That is not to say that the views of these individuals are not sincere. However, the fact that Cypriot authorities can easily monitor comments on the regulations.gov website may very well color what these individuals say, and thus make it even less likely that they will say anything at all that might depart from the Cypriot Government "party line."
For instance, do any of them so much as acknowledge what everyone knows-- that wealthy Greek Cypriot collectors are the major consumers of recently excavated antiquities on the Island and that they collect with the full knowledge and approval of Greek Cypriot authorities? Of course not.
In addition, the exceptionally low level of public support and its linkage almost exclusively to such "hangers-on" again suggests that the State Department's import restrictions regime is little more than a special interest program for archaeologists and other academic institutions that do business in Cyprus.
Wednesday, January 4, 2012
The following results are rounded to 1% and are accurate to within 0.5%
Against the renewal of the MoU: 77%
For the renewal: 20%
This breaks down over the coin issue thus:
Those against the renewal that mentioned coins: 71%
Those against the renewal that did not mention coins: 6%
Those for the renewal that mentioned coins: 8%
Those for the renewal that did not mention coins: 12%
Inappropriate responses (6 people thought they were responding to a Peru MoU, one to the Bulgarian MoU): 3%
Oddly, there is no mention at all about the Bureau's deeply unpopular effort to clamp down on American coin collectors. Instead, there is only a short reference to an agreement to help "protect" Greece's cultural heritage. Wonder why?
Tuesday, January 3, 2012
The event will be moderated by James Grimaldi, investigative reporter for the Washington Post.
In "Chasing Aphrodite," their gripping art world detective story, Felch and Frammolino reveal the inner workings of the J. Paul Getty Museum and its quest to build a worldclass collection of Roman and Greek art. Hubris, greed and ethics are key themes in the book, which culminates with Italy’s criminal indictment of the Getty’s antiquities curator and the return of $1 billion of ancient objects from U.S. museums and private collections.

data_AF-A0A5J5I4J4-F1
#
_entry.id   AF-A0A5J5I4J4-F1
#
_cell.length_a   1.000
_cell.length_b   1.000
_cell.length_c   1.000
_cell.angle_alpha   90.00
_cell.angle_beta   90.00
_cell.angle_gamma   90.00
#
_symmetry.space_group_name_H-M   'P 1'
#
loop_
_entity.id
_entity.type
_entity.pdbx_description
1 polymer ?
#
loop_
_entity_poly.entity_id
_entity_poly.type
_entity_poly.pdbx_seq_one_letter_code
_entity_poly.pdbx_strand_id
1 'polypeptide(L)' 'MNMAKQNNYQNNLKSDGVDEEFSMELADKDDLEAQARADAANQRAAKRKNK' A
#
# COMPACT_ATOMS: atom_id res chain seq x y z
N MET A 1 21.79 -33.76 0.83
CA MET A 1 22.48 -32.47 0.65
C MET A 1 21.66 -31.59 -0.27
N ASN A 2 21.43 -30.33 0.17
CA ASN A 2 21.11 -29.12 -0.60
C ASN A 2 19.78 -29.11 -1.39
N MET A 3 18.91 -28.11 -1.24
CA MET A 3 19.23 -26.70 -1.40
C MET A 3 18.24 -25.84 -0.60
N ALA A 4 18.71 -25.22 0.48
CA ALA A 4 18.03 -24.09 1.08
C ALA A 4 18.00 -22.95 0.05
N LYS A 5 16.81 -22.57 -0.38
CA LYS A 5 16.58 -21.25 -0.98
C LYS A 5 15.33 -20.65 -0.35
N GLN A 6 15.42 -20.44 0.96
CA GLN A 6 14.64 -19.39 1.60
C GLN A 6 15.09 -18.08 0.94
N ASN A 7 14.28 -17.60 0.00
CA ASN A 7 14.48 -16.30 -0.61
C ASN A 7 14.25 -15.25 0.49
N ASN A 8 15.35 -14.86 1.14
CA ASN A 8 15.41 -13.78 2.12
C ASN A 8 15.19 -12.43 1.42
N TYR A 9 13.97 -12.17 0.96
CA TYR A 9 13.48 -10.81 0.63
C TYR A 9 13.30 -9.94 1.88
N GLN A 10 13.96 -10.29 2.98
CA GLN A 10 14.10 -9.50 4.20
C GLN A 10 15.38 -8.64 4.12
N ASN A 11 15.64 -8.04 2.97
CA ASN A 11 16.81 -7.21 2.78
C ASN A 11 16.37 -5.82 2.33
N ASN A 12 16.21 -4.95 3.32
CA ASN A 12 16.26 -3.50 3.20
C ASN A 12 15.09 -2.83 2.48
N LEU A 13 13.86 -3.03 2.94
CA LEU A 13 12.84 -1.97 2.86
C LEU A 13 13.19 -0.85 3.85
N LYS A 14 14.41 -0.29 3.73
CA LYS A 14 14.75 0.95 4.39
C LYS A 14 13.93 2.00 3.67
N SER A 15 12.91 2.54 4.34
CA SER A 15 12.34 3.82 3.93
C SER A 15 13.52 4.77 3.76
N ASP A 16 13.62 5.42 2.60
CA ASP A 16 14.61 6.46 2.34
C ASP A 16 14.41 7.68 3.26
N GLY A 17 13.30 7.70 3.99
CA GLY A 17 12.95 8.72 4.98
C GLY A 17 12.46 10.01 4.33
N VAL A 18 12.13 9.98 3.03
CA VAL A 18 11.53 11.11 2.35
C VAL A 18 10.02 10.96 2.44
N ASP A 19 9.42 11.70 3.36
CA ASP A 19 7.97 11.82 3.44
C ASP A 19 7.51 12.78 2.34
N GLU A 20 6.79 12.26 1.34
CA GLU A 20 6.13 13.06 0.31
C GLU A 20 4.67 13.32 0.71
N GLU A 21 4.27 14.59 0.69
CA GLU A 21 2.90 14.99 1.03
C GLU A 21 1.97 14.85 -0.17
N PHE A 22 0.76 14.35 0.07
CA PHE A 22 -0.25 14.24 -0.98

"Chasing Aphrodite" gives an unparalleled glimpse into the reality that lies behind many of America’s collections of ancient art. It is the culmination of five years of reporting that began with a Los Angeles Times series for which Felch and Frammolino were finalists for the Pulitzer Prize in 2006.
The National Press Club is located at 529 14th Street, NW - 13th Floor, Washington, DC 20045.
The first report repeats the usual "party line" of the archaeological community that the problem is due to gangs of looters working to supply collectors, particularly wealthy foreign ones. The State Department's broad import restrictions on Chinese cultural artifacts have been justified based on such reports, this despite the uncontested fact that by far the biggest collectors of ancient Chinese material are the Chinese themselves.
The second report attributes the destruction of China's cultural history to the vast construction projects going on in that quickly modernizing country. Why don't we hear more of this? Is it because such reports don't fit the narrative necessary to justify unpopular import restrictions that only impact American collectors and museums?
Monday, January 2, 2012
Barford has stated to CPAC:
As somebody deeply concerned about the illicit international trade in antiquities and other cultural property and the role of US dealers and collectors in this, I support the renewal of the MOU with Cyprus to help curb the movement of illicit antiquities across US borders by increased scrutiny of imports as per Art. 3 of the 1970 UNESCO Convention and the CCPIA. It gives out a strong message of US commitment to equable [sic] relations with the international community in such matters.
Comment: I don't doubt Mr. Barford's sincerity, but it should also be noted that Barford is apparently a contractor for UNESCO. This is at least as relevant to the validity of his views as his claims that US Dealers and collectors are motivated by financial interests in their opposition to these MOU's. It's interesting that Barford suggests that MOU's "give out a strong message of US Commitment to equable [equitable?] relations when these MOU's impose restrictions on Americans not borne by others including collectors in Cyprus.